Yes, you will be able to find them if you want to save time, although rare. Bear in mind that the secret to a good curry dish is in the paste.

However, if you are someone who prefers customising the flavor of the dish, you might want to make your own paste from scratch.

How long can I store Lontong?

As the recipe uses coconut milk (which goes bad after a week or so), you might want to finish any remaining lontong within 2-3 days.

The rice cakes could also make the gravy cloudy and slimy. Separate them if you wish to store the dish for another meal the following day. Alternatively, you could cook a fresh batch of rice cakes to enjoy with the gravy.

Tips to Cook a Succulent Lontong

  1. Fry your condiments until they are fragrant: the more fragrant your condiments, the tastier and more flavorful the gravy. Cook them over low to medium heat to avoid burning them
  2. Use smaller ikan bilis for saltier flavors: smaller ikan bilis are saltier than the large ones. If you want to neutralize the spiciness of the chilis, you could use them instead of large ikan bilis
  3. Wash the ikan bilis before cooking: this gets rid of any sea salt or grime. You will know when the ikan bilis is clean when the water you use is clear
  4. Use a meat mallet or rolling pin to bruise the lemongrass: put the lemongrass in a disposable plastic bag and bruise it with your kitchen utensils
  5. Remove the bay leaves before serving the dish: bay leaves are generally not eaten. Instead, they are only used to give the dish an earthy flavor. You might want to remove them before serving the Lontong to children
  6. Use fresh tau kwa: tau kwa could go bad if you keep it in the refrigerator for too long. Try to buy it fresh instead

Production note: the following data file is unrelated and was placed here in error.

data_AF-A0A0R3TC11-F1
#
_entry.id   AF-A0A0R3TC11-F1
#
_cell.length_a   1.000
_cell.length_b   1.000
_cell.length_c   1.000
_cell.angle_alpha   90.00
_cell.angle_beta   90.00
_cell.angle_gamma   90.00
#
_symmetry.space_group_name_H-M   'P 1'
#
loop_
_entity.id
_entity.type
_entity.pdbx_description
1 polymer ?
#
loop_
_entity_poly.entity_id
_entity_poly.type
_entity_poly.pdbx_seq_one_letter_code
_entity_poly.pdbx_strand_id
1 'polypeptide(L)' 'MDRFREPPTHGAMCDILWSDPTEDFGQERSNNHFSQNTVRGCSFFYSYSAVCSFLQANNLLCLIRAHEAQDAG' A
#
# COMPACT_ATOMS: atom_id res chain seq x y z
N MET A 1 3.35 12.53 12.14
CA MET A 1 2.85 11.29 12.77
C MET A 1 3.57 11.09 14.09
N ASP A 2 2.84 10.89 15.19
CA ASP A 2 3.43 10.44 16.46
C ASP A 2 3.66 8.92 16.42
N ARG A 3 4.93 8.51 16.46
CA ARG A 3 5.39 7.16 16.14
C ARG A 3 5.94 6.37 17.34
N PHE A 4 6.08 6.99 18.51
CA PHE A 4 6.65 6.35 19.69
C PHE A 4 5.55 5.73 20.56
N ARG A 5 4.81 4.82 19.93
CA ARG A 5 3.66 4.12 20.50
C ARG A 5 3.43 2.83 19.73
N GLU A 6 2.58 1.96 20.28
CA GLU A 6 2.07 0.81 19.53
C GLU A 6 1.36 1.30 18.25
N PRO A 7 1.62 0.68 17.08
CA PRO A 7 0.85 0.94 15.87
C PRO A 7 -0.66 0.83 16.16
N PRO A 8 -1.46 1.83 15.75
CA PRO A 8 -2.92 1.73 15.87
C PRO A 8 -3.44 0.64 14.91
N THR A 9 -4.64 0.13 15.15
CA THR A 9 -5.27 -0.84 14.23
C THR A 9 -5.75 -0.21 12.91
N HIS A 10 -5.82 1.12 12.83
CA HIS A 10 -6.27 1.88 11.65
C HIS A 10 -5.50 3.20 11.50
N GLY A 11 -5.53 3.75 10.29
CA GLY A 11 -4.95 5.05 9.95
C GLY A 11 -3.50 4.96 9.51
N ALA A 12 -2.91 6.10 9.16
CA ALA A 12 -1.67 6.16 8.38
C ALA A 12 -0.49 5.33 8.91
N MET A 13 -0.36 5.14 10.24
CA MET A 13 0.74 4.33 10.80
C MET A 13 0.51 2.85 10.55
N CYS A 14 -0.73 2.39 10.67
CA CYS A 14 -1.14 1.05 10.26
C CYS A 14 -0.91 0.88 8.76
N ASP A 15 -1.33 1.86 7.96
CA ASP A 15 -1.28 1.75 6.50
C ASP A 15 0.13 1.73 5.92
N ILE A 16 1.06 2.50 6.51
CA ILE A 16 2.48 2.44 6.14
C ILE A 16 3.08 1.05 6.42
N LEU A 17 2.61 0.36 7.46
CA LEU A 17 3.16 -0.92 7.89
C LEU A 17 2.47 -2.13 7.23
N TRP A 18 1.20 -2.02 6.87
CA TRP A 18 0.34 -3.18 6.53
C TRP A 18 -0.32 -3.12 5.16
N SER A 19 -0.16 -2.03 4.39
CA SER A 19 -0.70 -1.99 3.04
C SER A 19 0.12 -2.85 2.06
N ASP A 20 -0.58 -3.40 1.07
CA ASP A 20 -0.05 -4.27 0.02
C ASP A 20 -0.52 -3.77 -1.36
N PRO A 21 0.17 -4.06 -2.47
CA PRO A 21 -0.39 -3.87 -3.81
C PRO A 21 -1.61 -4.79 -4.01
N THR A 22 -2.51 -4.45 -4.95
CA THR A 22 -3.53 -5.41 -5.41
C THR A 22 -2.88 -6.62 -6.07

Feel free to omit certain vegetables if they are not to your liking: the best aspect about cooking Lontong is that it works with a variety of vegetables. If you’re not a fan of carrots, feel free to leave them out

Instructions

  1. Blend and fry spice paste

    • Blend garlic, onion, lemongrass, galangal and ikan bilis for the lontong paste into a smooth mixture. Add a little oil if the mixture is too dry
    • In a deep pot, heat up 2½ tbsp oil and fry the lontong paste over medium heat for about 15 minutes, or until fragrant
    • Add 1 tbsp ground coriander and ½ tbsp fish curry powder and bay leaves.  Fry for another minute before pouring in the water and 2 tbsp sambal chili oil.  Mix well and bring to boil


  2. Fry vegetable and simmer coconut gravy

    • Add the vegetables and cook until softened.  Reduce the cooking time if you prefer your vegetables to have a firm bite
    • Season with sugar, salt and ikan bilis powder to taste.  Add the coconut milk, stirring it in as you pour so it combines evenly. The mixture should thicken
    • Turn off the heat when the mixture boils and add in the fried tau kwa


Plate and Serve!

Pour the gravy over the rice cakes and eggs before topping with serunding and sambal.  Serve hot.

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Ingredients
  • Serves 4 people
  • 250 g turnip (meng kuang) peeled and cut into 5 cm strips

  • 400 g chinese round cabbage (cut into bite size chunks)

  • 100 g long beans (cut diagonally into 5 cm lengths)

  • 2 daun salam (bay leaves)

  • 4 clove garlic

  • 4 shallots

  • 1½ stalk lemongrass (sliced)

  • ½ slice galangal

  • 150 g ikan bilis (soaked for 5 minutes)

  • 80 g carrot (peeled and sliced)

  • 1 tbsp ground coriander

  • ½ tbsp fish curry powder

  • 500 ml coconut milk

  • 2 tbsp sambal chili oil

  • 3 pcs tau kwa (halved into triangles and deep-fried)

  • 3 instant lontong (rice cakes) (boiled and cubed)

  • 6 hard-boiled eggs (halved)

  • 60 g serunding (fried grated coconut)

  • 500 ml water

  • oil for cooking

  • palm sugar (to taste)

  • salt (to taste)

  • sambal chili (to taste - for topping)